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Homeowners’ guide: Reinforced Autoclaved Aerated Concrete (RAAC)

Have you heard about the school closures across the country due to fears about Reinforced Autoclaved Aerated Concrete (RAAC)? Unfortunately, it's not just schools that are at risk. Find out what you need to know here.

Reinforced Autoclaved Aerated Concrete (RAAC), which is now being dubbed “crumble-prone concrete”, is the culprit behind the nationwide school closures mentioned in the news recently.

In 2019, it came to the attention of the Standing Committee on Structural Safety (SCSS) that RAAC posed a significant risk of failure, meaning it could deteriorate and collapse.

In 2022, the Office of Government Property sent a Safety Briefing Notice to property leaders reiterating this concern, stating “RAAC is now life-expired and liable to collapse.”

The serious safety implications of this realisation have caused schools to temporarily shut across the country, as RAAC was a fairly common building materials used throughout the 50s, 60s and 70s in both public and private buildings.

Currently, close to 150 schools have closed due to the “crumbling concrete crisis”, but the issue also affects an unknown number of hospitals, courts, private sector offices and warehouses, and residential buildings.

This article offers expert advice on the topic, covering everything you need to know to stay safe and protect your property, including how to fix the issue if it affects you.

What is Reinforced Autoclaved Aerated Concrete (RAAC)?

RAAC is a relatively lightweight and strong form of aerated concrete containing a mesh of reinforcing steel wires. It’s also cured in an autoclave, which is high-heat, high-pressure steam chamber.

Being relatively cheap, lighter than traditional concrete and a good thermal insulator, RAAC can sometimes be a good material to use, and it is still used in construction projects throughout the world.

However, it’s only a suitable material if properly designed, manufactured, installed and maintained.

Experts are now realising the batches built and used in the UK in the 50s, 60s, 70s and 80s aren’t as durable as initially thought, and the material is now being called “crumbly and prone to collapse.”

Reportedly, RAAC used in roofs is most likely to see the worst deterioration, as water is a main driver.

This is obviously a huge national concern, although no buildings have collapsed as of yet. Efforts are now focused on assessing buildings and taking the appropriate action to prevent what some are calling “a cladding-style scandal in the making” – referring to the tragic events at Grenfell Tower in 2017.

Is RAAC used in houses?

Yes, some houses have been constructed using RAAC. Some council housing stock constructed between the 1950s and 1980s contain RAAC, and openDemocracy has discovered that at least one council estate that’s still in use was built using RAAC.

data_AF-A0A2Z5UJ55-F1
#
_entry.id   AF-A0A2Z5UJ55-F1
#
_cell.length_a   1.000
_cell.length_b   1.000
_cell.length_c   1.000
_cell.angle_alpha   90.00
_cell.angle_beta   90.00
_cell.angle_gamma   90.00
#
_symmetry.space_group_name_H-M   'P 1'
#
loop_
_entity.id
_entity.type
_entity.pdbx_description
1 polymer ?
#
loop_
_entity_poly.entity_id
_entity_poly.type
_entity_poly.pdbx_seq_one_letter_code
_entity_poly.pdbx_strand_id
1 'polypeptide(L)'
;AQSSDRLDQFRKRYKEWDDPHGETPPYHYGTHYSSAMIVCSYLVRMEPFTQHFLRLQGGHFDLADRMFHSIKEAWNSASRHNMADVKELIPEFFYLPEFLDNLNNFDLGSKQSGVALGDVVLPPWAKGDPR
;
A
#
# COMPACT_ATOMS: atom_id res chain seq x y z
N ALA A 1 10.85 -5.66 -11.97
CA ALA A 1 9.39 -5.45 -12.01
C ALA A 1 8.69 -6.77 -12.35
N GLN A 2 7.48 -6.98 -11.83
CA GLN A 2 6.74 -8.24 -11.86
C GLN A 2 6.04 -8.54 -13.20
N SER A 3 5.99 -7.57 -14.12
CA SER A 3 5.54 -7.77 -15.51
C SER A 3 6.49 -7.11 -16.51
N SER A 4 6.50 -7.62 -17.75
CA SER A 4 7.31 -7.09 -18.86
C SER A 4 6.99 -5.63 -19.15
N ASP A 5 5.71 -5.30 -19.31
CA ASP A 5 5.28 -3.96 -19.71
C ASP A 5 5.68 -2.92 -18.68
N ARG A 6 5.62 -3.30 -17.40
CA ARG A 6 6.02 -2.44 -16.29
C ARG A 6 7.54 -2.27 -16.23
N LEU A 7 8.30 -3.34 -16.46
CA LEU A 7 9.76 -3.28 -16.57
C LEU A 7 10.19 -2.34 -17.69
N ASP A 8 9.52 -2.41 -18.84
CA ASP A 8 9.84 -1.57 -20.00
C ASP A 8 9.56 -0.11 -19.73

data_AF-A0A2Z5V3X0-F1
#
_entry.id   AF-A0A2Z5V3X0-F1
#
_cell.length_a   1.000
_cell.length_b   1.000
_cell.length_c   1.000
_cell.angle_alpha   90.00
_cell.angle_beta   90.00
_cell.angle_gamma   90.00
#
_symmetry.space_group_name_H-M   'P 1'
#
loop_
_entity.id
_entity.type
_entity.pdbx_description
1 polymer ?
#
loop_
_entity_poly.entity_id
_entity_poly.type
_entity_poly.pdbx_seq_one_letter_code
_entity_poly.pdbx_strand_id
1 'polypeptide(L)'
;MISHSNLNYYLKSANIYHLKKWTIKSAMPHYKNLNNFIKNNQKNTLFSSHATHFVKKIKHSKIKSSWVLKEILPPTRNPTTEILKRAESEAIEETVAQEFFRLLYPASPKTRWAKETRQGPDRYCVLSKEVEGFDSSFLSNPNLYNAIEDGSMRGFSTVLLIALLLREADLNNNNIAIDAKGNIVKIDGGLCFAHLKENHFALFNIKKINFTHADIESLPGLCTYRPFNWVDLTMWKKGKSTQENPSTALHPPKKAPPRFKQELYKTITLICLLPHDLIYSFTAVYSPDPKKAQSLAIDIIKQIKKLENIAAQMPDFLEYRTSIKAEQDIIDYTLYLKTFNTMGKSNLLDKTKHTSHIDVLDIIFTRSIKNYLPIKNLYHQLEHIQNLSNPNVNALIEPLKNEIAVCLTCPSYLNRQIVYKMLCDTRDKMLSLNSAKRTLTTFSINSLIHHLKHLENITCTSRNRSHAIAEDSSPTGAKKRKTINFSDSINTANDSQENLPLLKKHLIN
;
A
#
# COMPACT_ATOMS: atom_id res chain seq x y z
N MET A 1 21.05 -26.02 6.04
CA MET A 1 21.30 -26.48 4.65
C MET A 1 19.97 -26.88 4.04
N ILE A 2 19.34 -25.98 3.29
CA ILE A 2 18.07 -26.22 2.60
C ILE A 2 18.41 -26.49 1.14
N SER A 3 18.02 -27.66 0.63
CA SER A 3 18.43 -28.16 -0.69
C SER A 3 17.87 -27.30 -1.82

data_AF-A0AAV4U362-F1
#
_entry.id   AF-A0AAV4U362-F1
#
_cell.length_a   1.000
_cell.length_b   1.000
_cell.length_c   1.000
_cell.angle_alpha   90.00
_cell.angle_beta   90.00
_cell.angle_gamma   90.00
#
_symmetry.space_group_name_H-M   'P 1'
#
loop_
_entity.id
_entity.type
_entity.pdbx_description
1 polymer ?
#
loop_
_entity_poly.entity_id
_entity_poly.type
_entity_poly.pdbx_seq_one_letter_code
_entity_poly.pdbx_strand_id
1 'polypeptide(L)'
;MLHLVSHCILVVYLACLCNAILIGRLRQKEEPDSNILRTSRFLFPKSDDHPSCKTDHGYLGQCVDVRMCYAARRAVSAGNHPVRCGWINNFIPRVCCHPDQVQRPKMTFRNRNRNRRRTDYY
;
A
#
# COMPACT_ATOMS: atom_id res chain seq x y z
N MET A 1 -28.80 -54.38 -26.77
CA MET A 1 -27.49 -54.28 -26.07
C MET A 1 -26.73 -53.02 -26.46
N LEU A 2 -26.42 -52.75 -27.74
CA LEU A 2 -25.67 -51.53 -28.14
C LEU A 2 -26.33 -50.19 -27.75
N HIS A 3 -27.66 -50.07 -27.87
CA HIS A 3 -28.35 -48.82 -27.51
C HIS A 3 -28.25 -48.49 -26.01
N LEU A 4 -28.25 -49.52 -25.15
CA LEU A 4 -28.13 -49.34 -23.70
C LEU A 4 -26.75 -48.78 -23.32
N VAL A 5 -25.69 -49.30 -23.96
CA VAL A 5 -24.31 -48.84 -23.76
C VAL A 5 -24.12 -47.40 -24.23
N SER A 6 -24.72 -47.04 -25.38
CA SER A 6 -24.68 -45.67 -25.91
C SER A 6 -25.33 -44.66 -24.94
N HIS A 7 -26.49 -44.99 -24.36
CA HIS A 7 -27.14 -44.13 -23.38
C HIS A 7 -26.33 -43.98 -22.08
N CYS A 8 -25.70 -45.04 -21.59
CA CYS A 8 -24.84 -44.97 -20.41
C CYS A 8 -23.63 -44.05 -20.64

This news is greatly concerning to landlords, who have a legal responsibility to maintain a safe living environment for their tenants.

If you’ve bought a property with this kind of background or you suspect RAAC may be contained therein for whatever reason, you should have the building/s surveyed as soon as possible.

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What are the problems with RAAC concrete?

In layman’s terms, RAAC concrete crumbles over time. Unlike traditional concrete, RAAC doesn’t contain coarse aggregates, like crushed stones and gravel, which add a great deal of strength.

The idea was to make a lighter form of concrete by combining the properties of aerated autoclave concrete with reinforced concrete. Of course, this didn’t turn out very well and we’re experiencing the consequences of the failure today.

What’s being done about the issue?

While there doesn’t seem to be any immediate danger, relevant experts are warning of likely problems in the near future, with issues like ceilings collapsing being a near certainty in some buildings.

The NHS, which has seven buildings primarily constructed from RAAC, has issued instructions requiring the removal of the unsafe material by 2030.

As seen on the news, schools are closing in response to the Department of Education’s instructions for all school buildings to be checked for RAAC, adding that they’ll offer financial support for expert guidance to be brought in.

Landlords are responsible for arranging building surveys on their properties, so if you suspect RAAC was used in any of your owned homes, or you own a council house constructed between the 50s and 80s, it might be worth speaking to a building surveyor.

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Can I tell if my building contains RAAC?

Ceiling falls through. Risk of RAAC (Reinforced Autoclaved Aerated Concrete) - image 2

Our advice to the public is not to attempt to identify whether there is RAAC in your buildings, or to assess the condition of known RAAC planks yourself.